1. Many other locales are not in the penalty box of public perception as San Francisco is. In part b/c they are handling the issue more effectively. As an example, passed out folk, soaked in urine and draped across the sidewalk do not make the city more walkable.

          1. Read my comment again. Let’s not conflate Martin v. Boise with the drug crisis. What we hear from our government executives and cohorts is mostly “addressing” the issue. Here I make a distinction to actually wanting to solve things, using the legal framework available. Pulling one out of the hat, how about ADA? And in addition, how about imploring voters and legislators to pass the laws necessary to get the leverage to be able to gain traction. Looking at you, conservatorship. But all that would ultimately mean to put in question the hundreds of millions that are flowing to maintain the “harm reduction” status quo.

            Meanwhile: On noooos, the APAC summit is looming. Breed and Newsom appear increasingly nervous and desperate about the looks of the state of affairs, and how that might negatively reflect on them and their future political aspirations.

          2. What you’re calling “the drug crisis” on the streets of San Francisco is inextricably intertwined with the fact that we have large numbers of people living unsheltered on those streets. Once someone ends up living on the streets, they become prey for drug dealers, and addiction soon follows, although not all the homeless are addicts.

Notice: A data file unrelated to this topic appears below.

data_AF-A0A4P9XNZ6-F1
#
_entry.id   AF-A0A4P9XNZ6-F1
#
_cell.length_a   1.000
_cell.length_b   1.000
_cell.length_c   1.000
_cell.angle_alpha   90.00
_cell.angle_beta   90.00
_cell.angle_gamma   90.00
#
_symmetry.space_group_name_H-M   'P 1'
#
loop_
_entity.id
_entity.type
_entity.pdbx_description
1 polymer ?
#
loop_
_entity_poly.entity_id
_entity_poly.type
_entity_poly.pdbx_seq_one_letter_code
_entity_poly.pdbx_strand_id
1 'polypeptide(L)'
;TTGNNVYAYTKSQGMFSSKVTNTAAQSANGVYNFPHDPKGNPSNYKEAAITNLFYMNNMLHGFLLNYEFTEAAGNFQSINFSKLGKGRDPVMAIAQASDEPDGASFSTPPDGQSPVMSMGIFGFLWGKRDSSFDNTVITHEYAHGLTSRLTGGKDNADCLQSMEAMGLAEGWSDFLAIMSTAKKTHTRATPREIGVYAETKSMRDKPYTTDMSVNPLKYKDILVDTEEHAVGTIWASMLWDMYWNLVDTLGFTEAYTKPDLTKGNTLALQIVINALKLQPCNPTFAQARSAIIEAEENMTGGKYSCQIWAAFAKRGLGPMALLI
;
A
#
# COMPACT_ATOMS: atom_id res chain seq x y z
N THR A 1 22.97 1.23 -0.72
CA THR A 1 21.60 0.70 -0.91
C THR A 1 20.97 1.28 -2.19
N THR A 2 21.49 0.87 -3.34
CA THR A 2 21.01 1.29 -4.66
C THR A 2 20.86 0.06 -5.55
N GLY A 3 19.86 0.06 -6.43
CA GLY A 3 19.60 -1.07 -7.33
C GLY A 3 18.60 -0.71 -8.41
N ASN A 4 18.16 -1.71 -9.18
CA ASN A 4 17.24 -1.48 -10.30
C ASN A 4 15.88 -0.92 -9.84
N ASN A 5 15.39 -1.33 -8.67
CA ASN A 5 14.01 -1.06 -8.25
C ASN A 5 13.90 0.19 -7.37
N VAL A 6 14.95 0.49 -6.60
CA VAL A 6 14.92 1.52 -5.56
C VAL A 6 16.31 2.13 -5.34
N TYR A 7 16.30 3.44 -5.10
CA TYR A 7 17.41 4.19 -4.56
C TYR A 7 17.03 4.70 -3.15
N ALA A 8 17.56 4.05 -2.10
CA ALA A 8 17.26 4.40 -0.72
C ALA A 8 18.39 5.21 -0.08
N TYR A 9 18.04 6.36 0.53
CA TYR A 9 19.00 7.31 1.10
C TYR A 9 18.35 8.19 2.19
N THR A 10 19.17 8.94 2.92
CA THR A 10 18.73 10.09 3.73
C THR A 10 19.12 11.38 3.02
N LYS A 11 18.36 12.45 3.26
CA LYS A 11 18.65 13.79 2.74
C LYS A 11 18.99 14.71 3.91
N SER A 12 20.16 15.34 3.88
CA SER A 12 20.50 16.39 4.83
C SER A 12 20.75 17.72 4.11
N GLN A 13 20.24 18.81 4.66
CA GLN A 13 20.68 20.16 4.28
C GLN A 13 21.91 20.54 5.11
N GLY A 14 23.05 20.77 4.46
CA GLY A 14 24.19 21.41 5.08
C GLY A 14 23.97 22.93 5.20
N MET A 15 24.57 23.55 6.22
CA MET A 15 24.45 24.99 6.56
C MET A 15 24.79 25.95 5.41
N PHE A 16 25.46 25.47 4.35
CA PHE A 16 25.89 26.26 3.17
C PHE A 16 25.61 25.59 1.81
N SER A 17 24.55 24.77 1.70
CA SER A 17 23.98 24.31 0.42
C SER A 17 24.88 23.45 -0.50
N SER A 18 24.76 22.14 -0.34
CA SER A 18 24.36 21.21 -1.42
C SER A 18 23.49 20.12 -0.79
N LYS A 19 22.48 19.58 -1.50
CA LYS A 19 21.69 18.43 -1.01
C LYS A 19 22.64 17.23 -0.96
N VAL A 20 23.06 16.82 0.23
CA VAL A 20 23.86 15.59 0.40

You and Jimbo are saying that S.F. is worse than most cities, but I brought up the the Ninth Circuit’s decision because I think you must compare cities constrained by that decision to other cities also similarly-constrained. Next time you take BART to the East Bay for any reason, take a look out the window when you come out of the tunnel at the near post-apocalyptic dystopian street scene in West Oakland, for example.

            While “harm reduction” advocates make a lot of noise and have a lot of visibility, I don’t think they represent the “status quo”. The Mayor is on the record as supporting and overhaul of The State’s conservatorship laws and has been for years. She shut the so-called safe-consumption site called the Tenderloin Center down last year.

          3. The City&County is on the hook for millions in damages after an army of sidewalk campers were placed in hotels during the pandemic. This shows that first and foremost, we are not dealing with a housing issue, this is an addiction issue. These people have lost everything, not just their roof over the head, because they cannot hold anything together any longer. They cannot be housed, they cannot be warehouse-sheltered for any duration, they need to be institutionalized for programmed detox and recovery. Many will never get off drugs any more.